Clue Carré revved up their cool factor by quite a few notches with Alien Encounter. This low-difficulty, fast-paced escape room looked fantastic and played smoothly from start to finish.

In-game: A large hexogonal door at the end of a corridore filled with tubs and connectors and other technology.
Image via Clue Carré

Set within the Surge Trampoline Park (which looks like a fun attraction in its own right), Alien Encounter had been adapted for a less puzzley audience… but didn’t diminish the fun. We breezed through Alien Encounter and had a blast the whole time.

Between French Quarter House of Curiosities, The Bookie (reaction coming soon), and Alien Encounter, Clue Carré has established that it’s able to produce games that can stand out in an intensely competitive market like New Orleans. If you’re in NOLA, this should make your play list.

Who is this for?

  • Adventure seekers
  • Scenery snobs
  • Sci-fi fans
  • Families
  • Any experience level

Why play?

  • The set was cool
  • The puzzles were approachable, tactile, and family friendly


The year was 2060 and humanity was being pushed towards extinction by an alien species known as the Voldran. Our team had to break into one of their spacecrafts and attempt to find a weakness or way of fighting back.

In-game: a maze of green lazers inside of a sleek, blue spaceship.
Image via Clue Carré


We boarded an alien spacecraft that was loaded with wonderful details. This set represented a giant leap forward for Clue Carré. Aesthetically this game felt at home in New Orleans. For those who know what games tend to look like in that part of the country, this really means something.

In-game: An alien in a tube in the middle of a spacehip.
Image via Clue Carré


Clue Carré’s Alien Encounter was a standard escape room with a low level of difficulty.

Core gameplay revolved around observing, making connections, and puzzling.


Alien Encounter flowed well.

➕ It was thematically beautiful and well constructed.

➖ Some of the set could have benefited from a little extra sandpaper love. We didn’t encounter anything pointy or sharp, but parts of the ship were a little too rough to the touch for a sleek, futuristic spaceship.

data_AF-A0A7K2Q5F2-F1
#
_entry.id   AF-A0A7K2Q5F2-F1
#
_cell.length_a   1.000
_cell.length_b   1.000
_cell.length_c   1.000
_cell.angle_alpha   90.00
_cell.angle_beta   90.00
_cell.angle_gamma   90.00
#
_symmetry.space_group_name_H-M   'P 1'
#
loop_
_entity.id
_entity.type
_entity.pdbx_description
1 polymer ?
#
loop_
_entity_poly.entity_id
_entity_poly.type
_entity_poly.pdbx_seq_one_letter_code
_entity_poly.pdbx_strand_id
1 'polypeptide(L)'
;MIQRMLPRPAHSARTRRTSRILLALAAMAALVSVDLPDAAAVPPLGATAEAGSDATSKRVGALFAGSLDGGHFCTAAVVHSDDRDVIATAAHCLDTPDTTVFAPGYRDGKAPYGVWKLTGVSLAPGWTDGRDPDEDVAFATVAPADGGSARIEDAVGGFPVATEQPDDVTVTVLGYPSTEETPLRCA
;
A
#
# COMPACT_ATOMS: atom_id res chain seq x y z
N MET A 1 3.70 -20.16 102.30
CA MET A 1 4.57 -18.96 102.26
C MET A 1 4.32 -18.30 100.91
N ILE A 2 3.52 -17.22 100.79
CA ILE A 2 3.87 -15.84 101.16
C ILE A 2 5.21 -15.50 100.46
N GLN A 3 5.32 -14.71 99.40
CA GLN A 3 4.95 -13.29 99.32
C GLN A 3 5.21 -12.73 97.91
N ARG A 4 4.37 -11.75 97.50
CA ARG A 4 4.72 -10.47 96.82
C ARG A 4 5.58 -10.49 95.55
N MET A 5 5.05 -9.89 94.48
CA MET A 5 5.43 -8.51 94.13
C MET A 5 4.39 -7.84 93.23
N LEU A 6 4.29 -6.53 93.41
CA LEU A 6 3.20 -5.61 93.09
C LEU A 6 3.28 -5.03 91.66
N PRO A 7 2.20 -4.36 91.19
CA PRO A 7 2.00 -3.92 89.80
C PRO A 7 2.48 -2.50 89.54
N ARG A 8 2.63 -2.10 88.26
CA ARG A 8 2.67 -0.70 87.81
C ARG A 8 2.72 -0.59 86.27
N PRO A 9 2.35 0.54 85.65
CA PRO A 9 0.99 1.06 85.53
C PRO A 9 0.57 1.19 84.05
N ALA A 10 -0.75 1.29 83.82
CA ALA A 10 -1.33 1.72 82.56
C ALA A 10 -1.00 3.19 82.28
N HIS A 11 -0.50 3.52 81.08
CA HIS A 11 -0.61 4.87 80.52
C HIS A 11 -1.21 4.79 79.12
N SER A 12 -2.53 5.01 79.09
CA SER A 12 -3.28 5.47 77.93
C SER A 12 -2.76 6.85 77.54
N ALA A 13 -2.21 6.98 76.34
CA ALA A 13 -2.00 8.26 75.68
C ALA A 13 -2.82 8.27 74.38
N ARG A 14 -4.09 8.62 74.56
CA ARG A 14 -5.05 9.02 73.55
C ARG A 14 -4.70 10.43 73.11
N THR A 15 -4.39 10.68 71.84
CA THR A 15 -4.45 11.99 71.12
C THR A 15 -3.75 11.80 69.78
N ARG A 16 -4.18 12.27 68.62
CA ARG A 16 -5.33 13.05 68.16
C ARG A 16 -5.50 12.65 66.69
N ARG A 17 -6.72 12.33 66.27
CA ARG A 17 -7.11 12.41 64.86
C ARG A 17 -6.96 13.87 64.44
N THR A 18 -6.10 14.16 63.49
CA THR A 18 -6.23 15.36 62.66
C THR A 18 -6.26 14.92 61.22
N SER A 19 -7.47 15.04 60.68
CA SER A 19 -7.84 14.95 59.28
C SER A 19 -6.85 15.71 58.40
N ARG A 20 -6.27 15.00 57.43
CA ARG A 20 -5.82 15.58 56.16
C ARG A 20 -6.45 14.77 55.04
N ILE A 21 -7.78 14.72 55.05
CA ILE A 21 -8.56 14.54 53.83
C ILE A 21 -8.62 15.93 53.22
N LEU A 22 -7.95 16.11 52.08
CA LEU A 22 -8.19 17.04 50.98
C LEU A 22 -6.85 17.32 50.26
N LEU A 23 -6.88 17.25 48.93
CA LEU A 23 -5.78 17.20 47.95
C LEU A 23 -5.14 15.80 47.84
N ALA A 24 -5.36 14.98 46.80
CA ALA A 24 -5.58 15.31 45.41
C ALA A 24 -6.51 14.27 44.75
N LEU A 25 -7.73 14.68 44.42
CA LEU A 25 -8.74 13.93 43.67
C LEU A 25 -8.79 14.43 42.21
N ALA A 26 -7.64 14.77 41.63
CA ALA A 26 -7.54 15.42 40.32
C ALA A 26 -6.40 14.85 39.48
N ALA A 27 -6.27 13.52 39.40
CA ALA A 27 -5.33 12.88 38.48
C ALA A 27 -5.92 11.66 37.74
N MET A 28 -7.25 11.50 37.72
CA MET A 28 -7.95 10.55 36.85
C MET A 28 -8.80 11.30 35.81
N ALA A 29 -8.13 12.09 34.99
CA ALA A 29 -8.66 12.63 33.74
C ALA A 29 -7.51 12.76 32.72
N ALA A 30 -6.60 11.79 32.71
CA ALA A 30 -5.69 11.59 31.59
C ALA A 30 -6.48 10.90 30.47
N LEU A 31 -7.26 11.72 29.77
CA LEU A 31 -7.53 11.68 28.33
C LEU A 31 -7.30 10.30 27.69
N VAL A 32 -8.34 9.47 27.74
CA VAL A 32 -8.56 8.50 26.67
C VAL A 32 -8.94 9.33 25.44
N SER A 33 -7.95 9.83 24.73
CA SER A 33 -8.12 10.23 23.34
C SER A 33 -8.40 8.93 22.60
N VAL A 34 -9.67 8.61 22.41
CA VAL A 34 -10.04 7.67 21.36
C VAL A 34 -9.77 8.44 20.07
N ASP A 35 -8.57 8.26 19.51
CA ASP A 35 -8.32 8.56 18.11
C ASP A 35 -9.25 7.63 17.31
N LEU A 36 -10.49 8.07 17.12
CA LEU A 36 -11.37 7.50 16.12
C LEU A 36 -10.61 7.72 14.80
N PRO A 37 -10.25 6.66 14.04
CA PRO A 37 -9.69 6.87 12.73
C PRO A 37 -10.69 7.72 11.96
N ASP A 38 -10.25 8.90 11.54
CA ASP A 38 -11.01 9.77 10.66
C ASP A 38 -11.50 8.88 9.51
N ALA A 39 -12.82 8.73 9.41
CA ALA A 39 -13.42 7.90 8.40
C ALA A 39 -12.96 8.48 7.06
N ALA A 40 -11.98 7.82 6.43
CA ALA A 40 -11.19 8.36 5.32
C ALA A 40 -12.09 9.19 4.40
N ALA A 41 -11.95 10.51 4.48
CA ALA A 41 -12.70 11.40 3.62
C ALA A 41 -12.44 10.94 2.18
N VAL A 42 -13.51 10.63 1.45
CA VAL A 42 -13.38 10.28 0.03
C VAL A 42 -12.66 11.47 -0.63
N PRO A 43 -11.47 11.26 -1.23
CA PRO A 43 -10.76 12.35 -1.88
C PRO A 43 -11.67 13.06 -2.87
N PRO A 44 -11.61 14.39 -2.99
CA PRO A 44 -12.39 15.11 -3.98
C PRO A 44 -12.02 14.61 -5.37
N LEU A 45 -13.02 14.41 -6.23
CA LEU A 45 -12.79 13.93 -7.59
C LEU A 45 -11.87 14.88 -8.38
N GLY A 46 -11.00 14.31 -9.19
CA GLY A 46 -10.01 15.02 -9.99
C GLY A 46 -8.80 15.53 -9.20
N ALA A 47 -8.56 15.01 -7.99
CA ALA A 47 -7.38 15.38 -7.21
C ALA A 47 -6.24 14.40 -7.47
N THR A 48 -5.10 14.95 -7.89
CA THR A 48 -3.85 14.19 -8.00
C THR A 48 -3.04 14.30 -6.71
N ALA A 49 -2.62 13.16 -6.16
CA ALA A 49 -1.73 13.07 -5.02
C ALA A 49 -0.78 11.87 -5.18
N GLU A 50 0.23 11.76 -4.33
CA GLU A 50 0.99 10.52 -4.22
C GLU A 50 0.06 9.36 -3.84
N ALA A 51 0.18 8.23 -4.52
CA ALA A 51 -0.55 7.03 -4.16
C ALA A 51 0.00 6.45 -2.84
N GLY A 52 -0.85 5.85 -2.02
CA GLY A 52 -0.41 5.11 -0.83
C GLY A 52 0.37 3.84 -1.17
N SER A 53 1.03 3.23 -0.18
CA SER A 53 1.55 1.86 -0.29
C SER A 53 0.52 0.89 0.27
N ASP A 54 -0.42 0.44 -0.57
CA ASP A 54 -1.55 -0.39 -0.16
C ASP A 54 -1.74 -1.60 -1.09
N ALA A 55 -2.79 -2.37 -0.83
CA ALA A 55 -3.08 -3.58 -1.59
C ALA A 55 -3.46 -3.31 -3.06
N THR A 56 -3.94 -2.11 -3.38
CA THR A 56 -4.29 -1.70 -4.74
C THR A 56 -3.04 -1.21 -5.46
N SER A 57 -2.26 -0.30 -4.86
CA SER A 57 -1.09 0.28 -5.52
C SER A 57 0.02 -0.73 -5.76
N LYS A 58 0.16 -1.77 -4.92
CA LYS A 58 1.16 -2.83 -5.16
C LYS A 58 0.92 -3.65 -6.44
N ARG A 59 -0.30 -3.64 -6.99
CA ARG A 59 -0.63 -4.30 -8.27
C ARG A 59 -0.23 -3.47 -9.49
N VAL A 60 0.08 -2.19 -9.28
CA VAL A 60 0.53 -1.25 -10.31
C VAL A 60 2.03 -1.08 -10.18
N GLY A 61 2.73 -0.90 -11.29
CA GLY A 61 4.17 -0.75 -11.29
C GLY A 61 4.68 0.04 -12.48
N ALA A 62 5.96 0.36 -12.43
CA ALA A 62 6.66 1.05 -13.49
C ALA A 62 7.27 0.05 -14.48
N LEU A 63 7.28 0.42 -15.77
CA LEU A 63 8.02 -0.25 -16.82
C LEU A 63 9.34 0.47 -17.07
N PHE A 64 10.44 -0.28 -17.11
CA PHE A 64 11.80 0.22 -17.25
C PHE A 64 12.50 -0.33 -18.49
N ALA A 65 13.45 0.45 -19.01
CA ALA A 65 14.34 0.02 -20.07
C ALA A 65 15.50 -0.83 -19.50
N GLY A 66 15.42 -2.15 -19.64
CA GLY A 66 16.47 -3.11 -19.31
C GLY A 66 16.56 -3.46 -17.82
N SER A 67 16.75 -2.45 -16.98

➕ The tangible interactions felt great.

➖ Additional spot lighting on the more visual puzzles would have made some of the gameplay more comfortable.

➕ We love interesting, thematic doors… and this game delivered on that.

➖ The final sequence of puzzles solved well and worked fine… but it wasn’t as engaging or tactile as the earlier sequences. Additionally, it felt like there was room for a stronger narrative climax.

➕ A family-friendly approach was a great decision for the setting within the Surge Trampoline Park. (The whole place seemed like tons of fun… if you’re the kind of human who enjoys bouncing around and climbing on things. They have a giant Rubik’s Cube climbing tower!)

Tips For Visiting

  • This game is located at Clue Carré’s Kenner location inside Surge Trampoline Park
  • There is a parking lot.

Book your hour with Clue Carré’s Alien Encounter, and tell them that the Room Escape Artist sent you.

Disclosure: Clue Carré comped our tickets for this game.

Denver Escape Room Meetup – September 8

We will be in Denver briefly in early September playing tons of escape rooms. If you’re in the area, we’d love to meet you!

Two smiley face stick figures carrying the final two pieces of a jigsaw puzzle into place.

When & Where


We welcome all players, owners, bloggers, gamemasters, podcaster, actors, fans, fabricators… and anyone else involved or interested in escape rooms and other immersive entertainment.

Whether you’re just dabbling or you dove into the deep end, all are welcome.


This is a casual meetup. We’ll be taking a break from playing escape rooms just to hangout.

We won’t give a talk. We’re just hoping for interesting conversations.


Please contact us to RSVP. This will help us have a sense of how many people to expect.

If you’re anywhere near Denver, please stop by and say hello!

Everything Immersive Livestream – First Episode!

Last night we kicked off the first Everything Immersive livestream with our friends at No Proscenium.

YouTube's red play button logo.

Everything Immersive

In early 2017 we quietly created the Everything Immersive Facebook group with NoPro and Ricky Brigante (founder of Inside The Magic).

This collaboration has created a thriving group dedicated to the various branches of immersive entertainment.

The Livestream

Last night’s discussion spanned a variety of experiences and ideas with 3 people that we adore (Noah, Kathyrn, & Anthony).

Given that this was our maiden voyage, there were some technical issues… but it did work. Early on there were some echoes, in the middle Anthony got into a fight with Skype, and near the end we had some audio drop.

If you make it to the end… you might hear some details about our next tour. You’ll see the full announcement publish here in the not too distant future.

Ghost Ship Murder Mysteries – Space Smugglers [Review]

Mighty good shindig.

Location:  at home

Date Played: June 29, 2019

Team size: requires exactly 8

Duration: about 90 minutes

Price: $40 per player

Ticketing: Private

REA Reaction

Ghost Ship docked in our home once again and put on an incredible murder mystery for us and 6 of our friends.

A group photo.

We deceived and deduced our way through a shockingly expansive game world that merged elements of popular science fiction including Firefly, Battlestar Galactica, Blade Runner, and Star Wars. It was a ton of fun to interact with one another as these characters.